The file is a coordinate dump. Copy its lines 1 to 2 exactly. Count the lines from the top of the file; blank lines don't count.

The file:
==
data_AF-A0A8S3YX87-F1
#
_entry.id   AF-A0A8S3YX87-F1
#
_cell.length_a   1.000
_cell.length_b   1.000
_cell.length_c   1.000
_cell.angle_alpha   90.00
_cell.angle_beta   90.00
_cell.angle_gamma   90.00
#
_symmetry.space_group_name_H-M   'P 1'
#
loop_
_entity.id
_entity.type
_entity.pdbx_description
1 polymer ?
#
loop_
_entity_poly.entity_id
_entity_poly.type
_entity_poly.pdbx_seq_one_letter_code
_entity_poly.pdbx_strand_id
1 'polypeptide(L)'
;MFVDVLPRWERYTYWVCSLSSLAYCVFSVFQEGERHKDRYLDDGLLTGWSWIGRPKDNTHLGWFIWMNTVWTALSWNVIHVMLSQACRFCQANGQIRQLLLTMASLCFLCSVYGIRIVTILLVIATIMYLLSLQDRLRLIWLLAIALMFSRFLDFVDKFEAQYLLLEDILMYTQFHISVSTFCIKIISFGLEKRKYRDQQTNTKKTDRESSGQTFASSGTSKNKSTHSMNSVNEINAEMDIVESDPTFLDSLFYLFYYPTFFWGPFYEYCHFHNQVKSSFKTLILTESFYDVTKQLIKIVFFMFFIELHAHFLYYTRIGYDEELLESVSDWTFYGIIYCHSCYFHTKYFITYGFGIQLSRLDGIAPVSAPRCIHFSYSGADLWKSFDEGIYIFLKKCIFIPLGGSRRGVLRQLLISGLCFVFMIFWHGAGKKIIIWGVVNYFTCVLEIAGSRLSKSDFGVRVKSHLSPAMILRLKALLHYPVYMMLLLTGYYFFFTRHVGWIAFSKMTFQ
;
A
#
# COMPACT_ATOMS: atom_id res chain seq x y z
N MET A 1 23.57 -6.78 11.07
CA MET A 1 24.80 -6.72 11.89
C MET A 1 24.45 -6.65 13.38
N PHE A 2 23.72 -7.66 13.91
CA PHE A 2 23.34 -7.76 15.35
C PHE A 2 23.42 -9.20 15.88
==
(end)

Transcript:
data_AF-A0A8S3YX87-F1
#